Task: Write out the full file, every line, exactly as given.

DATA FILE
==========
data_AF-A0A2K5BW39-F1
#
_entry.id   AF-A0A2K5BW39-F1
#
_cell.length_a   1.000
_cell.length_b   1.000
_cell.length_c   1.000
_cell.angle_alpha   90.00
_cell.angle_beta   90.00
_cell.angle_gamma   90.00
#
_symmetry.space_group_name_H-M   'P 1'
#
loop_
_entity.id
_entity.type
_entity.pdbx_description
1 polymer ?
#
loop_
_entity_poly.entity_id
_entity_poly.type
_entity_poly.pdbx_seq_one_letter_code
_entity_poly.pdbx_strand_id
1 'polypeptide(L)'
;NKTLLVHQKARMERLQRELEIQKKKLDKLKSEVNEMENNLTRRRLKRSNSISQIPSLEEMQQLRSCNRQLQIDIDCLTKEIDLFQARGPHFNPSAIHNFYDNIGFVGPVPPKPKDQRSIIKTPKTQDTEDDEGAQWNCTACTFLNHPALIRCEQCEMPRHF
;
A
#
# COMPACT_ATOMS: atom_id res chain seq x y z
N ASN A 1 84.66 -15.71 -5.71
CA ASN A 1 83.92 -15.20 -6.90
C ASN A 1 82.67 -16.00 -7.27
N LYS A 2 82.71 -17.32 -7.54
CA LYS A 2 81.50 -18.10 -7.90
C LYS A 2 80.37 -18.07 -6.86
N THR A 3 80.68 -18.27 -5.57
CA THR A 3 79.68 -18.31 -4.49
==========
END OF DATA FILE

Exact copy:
data_AF-A0A2K5BW39-F1
#
_entry.id   AF-A0A2K5BW39-F1
#
_cell.length_a   1.000
_cell.length_b   1.000
_cell.length_c   1.000
_cell.angle_alpha   90.00
_cell.angle_beta   90.00
_cell.angle_gamma   90.00
#
_symmetry.space_group_name_H-M   'P 1'
#
loop_
_entity.id
_entity.type
_entity.pdbx_description
1 polymer ?
#
loop_
_entity_poly.entity_id
_entity_poly.type
_entity_poly.pdbx_seq_one_letter_code
_entity_poly.pdbx_strand_id
1 'polypeptide(L)'
;NKTLLVHQKARMERLQRELEIQKKKLDKLKSEVNEMENNLTRRRLKRSNSISQIPSLEEMQQLRSCNRQLQIDIDCLTKEIDLFQARGPHFNPSAIHNFYDNIGFVGPVPPKPKDQRSIIKTPKTQDTEDDEGAQWNCTACTFLNHPALIRCEQCEMPRHF
;
A
#
# COMPACT_ATOMS: atom_id res chain seq x y z
N ASN A 1 84.66 -15.71 -5.71
CA ASN A 1 83.92 -15.20 -6.90
C ASN A 1 82.67 -16.00 -7.27
N LYS A 2 82.71 -17.32 -7.54
CA LYS A 2 81.50 -18.10 -7.90
C LYS A 2 80.37 -18.07 -6.86
N THR A 3 80.68 -18.27 -5.57
CA THR A 3 79.68 -18.31 -4.49